Colder Than Here
Milton Court Studio, 13th February 2018
Another visit to see the final year actors at the Guildhall School take on a fascinating contemporary play. Another excellent production laced with outstanding performances. Even better than the production of Edward Bond’s Saved, (Saved at Guildhall School Milton Court Studio review ****) which I had not expected.
Now playwright Laura Wade is best known to you culture vultures from her play Posh, later remade as the film The Riot Club directed by Lone Scherfig (who is an excellent director BTW). It is a not so thinly veiled parody of the infamous Bullingdon Club at Oxford University, the proving ground for rich, obnoxious toffs and, I fear people, many of your leaders. If you are only a casual theatre-goer put this on your list. I guarantee you will love it. That is why it has been so frequently revived since its Royal Court premiere in 2010.
I can’t vouch for any of Laura Wade’s other work with the exception of her adaptation of Sarah Water’s novel Tipping the Velvet, directed by the wonderful Lyndsey Turner at the Lyric Hammersmith. Now there is no easy way to say this but I did initially fell a little self-conscious when I rocked up to this as a solo, 50 year old fat bloke amongst such a glamorous audience. Once I had relaxed into it however I enjoyed the entertainment. The music-hall setting worked well, the musical arrangements were jolly, there was plenty of eye-catching capers, the cast attacked the text with gusto, especially Sally Messham, (seen recently in the Orange Tree/Paines Plough/Theatre Clywd triple bill), and Laura Davies, (the best actor in Rose Kingston’s recent revival of Rules for Living – Rules For Living review at the Rose Theatre Kingston ***). It was, as others observed, maybe a bit tame and less gritty in tone than Sarah Water’s book but a pleasure nonetheless.
So this then was an opportunity to see one of Ms Wade’s highly regarded earlier plays. And what a fine play it is. Down-to-earth, (no pun intended), Myra has terminal bone cancer. She determines to have a green burial and ropes husband Alec, and two daughters, headstrong Jenna and more measured Harriet, into her plan. As Myra says “you’s got to keep busy if you’re off work with dying”. That’s about it. Yet Laura Wade’s writing is so exact and light of touch that we learn a lot about, and laugh a lot with, this normal family having to deal with death. Frankie Bradshaw’s set is a commonplace front room flanked by copper piping which extends to the video design of K. Yolland. This serves as the backdrop for the six scenes where the family, in various combinations, visits potential natural burial sites.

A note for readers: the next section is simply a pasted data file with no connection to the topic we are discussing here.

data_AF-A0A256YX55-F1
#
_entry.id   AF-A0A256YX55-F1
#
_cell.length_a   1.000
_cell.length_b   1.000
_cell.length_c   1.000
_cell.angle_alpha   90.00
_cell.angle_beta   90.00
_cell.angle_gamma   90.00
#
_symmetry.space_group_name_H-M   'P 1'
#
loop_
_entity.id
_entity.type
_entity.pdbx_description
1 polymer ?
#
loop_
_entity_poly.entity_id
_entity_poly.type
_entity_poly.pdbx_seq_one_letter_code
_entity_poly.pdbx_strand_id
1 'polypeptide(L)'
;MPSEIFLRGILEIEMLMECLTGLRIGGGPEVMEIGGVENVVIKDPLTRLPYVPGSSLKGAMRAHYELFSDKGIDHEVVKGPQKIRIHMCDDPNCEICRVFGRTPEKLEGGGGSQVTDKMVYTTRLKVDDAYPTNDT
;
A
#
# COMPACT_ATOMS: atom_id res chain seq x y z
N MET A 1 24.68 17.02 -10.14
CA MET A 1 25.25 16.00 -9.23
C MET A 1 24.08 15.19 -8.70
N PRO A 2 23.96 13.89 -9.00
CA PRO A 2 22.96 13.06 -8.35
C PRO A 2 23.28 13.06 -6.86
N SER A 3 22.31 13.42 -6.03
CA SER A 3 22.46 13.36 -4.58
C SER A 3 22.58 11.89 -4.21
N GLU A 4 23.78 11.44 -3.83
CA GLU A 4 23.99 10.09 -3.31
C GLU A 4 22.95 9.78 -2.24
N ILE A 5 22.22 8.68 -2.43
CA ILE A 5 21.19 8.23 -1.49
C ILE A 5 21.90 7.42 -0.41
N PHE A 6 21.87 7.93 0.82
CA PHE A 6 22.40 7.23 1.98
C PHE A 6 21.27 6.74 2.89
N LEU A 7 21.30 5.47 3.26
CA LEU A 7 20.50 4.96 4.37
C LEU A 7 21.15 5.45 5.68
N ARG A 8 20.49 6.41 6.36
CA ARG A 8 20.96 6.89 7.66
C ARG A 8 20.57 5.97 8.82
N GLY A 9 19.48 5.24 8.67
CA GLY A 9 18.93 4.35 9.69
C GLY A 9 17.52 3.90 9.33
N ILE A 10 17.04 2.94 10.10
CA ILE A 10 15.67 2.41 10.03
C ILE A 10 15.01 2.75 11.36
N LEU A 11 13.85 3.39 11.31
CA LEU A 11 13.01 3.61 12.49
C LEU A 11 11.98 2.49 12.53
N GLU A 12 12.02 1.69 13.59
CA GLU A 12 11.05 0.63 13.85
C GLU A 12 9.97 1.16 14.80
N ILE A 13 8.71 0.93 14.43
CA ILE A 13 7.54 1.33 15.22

Myra’s matter-of-fact approach to the end of her life, Alec’s refusal to talk directly about it and his frustrations with bureaucracy, Jenna’s drama-queen, boyfriend troubles and the eventual breakdown of Harriet’s composure, all reveal that their displacement and coping mechanisms are fragile. We can feel the sorrow beneath the comedy but the play never feels sentimental or mawkish.
So plenty for the four actors to get their teeth into. I was particularly impressed by the two sisters played by Phoebe Marshall and Mhairi Gayer. To be fair they probably have the best of the play in the scenes where they visit potential burial sites together. Phoebe Marshall cleverly shows us that Jenna’s truculent exterior is thin disguise for a sweeter interior. Mhairi Gayer, who was outstanding as Anya in the Guildhall’s Cherry Orchard last year (The Cherry Orchard at Milton Court Theatre review ***), was utterly convincing as Harriet. I expect an illustrious career lies ahead of her. Tallulah Bond and Jonny Lavelle had a bit more work to do playing characters twice their age but both delivered admirably. Director Lisa Blair precisely captured the tone of the play.
Now you can see plenty of contemporary and new plays in our great subsidised or, when the reputations justify it, commercial theatres where the whole turns out to be less than the sum of the parts. Ambition trumps execution. So it really was a pleasure to see this very fine, gentle play, which still has much to say, performed with such care and attention. Even down to, with the odd wobble, the West Midlands accents. And all for a tenner. Brilliant.